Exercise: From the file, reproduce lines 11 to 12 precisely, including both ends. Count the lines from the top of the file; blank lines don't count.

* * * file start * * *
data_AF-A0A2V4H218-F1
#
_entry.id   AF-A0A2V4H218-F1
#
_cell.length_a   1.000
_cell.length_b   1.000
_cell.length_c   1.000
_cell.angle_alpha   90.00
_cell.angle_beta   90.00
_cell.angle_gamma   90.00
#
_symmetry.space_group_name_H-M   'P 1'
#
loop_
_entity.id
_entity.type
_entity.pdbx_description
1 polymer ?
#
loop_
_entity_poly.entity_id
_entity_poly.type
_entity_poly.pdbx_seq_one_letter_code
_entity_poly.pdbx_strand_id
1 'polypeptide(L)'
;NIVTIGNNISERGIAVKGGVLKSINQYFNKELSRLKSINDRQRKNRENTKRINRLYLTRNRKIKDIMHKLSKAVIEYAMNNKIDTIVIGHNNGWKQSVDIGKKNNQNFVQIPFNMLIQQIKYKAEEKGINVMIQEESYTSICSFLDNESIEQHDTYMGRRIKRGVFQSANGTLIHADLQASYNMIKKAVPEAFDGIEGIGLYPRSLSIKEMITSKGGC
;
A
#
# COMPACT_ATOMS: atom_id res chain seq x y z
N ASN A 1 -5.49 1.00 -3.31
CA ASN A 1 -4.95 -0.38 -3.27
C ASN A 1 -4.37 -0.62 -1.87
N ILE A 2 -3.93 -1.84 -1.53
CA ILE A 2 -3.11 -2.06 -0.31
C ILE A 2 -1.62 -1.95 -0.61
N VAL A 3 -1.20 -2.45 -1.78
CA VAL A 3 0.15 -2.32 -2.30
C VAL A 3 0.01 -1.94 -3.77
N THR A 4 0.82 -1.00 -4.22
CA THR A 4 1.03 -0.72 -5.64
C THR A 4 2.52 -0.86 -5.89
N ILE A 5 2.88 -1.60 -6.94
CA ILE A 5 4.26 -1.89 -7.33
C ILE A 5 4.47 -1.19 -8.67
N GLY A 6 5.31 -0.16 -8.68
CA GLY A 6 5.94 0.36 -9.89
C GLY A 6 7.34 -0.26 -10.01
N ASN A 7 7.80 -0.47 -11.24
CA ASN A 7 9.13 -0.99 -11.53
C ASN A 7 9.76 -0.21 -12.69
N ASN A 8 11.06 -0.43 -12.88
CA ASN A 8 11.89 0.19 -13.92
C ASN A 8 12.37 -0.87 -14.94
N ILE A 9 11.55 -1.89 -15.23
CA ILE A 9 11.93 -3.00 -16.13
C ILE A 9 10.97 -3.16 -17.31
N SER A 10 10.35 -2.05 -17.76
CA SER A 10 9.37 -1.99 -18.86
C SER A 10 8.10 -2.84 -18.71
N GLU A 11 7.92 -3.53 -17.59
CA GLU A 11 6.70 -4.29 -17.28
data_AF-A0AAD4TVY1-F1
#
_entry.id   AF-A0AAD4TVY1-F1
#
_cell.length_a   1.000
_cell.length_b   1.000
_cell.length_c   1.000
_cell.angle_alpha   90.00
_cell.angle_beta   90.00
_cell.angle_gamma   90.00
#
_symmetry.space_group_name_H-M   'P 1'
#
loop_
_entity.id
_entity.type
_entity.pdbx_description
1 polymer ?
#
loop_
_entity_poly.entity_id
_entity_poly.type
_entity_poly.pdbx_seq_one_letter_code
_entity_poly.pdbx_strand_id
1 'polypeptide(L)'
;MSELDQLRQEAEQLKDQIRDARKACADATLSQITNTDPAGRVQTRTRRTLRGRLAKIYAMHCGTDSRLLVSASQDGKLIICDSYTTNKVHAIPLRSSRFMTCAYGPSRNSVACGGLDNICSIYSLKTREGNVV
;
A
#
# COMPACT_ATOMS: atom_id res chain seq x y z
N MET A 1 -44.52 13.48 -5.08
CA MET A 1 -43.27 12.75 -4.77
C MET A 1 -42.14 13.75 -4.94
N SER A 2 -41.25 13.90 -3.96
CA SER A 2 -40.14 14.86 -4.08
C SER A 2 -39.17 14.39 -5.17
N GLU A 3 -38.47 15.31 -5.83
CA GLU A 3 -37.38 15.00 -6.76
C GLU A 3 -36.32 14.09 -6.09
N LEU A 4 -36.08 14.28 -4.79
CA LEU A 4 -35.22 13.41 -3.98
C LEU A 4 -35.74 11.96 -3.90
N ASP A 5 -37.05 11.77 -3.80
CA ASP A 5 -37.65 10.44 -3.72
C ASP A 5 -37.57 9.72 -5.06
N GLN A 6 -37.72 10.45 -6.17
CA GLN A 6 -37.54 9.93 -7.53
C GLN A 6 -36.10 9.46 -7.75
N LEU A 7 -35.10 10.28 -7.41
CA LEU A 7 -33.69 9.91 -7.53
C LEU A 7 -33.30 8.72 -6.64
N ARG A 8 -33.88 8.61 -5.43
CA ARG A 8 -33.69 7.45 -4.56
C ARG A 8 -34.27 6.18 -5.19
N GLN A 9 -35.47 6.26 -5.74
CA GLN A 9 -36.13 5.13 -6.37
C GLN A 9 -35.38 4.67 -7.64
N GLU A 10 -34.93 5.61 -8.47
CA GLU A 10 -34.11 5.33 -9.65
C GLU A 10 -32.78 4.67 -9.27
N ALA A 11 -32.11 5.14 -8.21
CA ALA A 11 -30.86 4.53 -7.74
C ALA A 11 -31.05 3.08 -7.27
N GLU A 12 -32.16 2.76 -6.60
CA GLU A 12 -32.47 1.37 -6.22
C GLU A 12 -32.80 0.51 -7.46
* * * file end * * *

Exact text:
#
_symmetry.space_group_name_H-M   'P 1'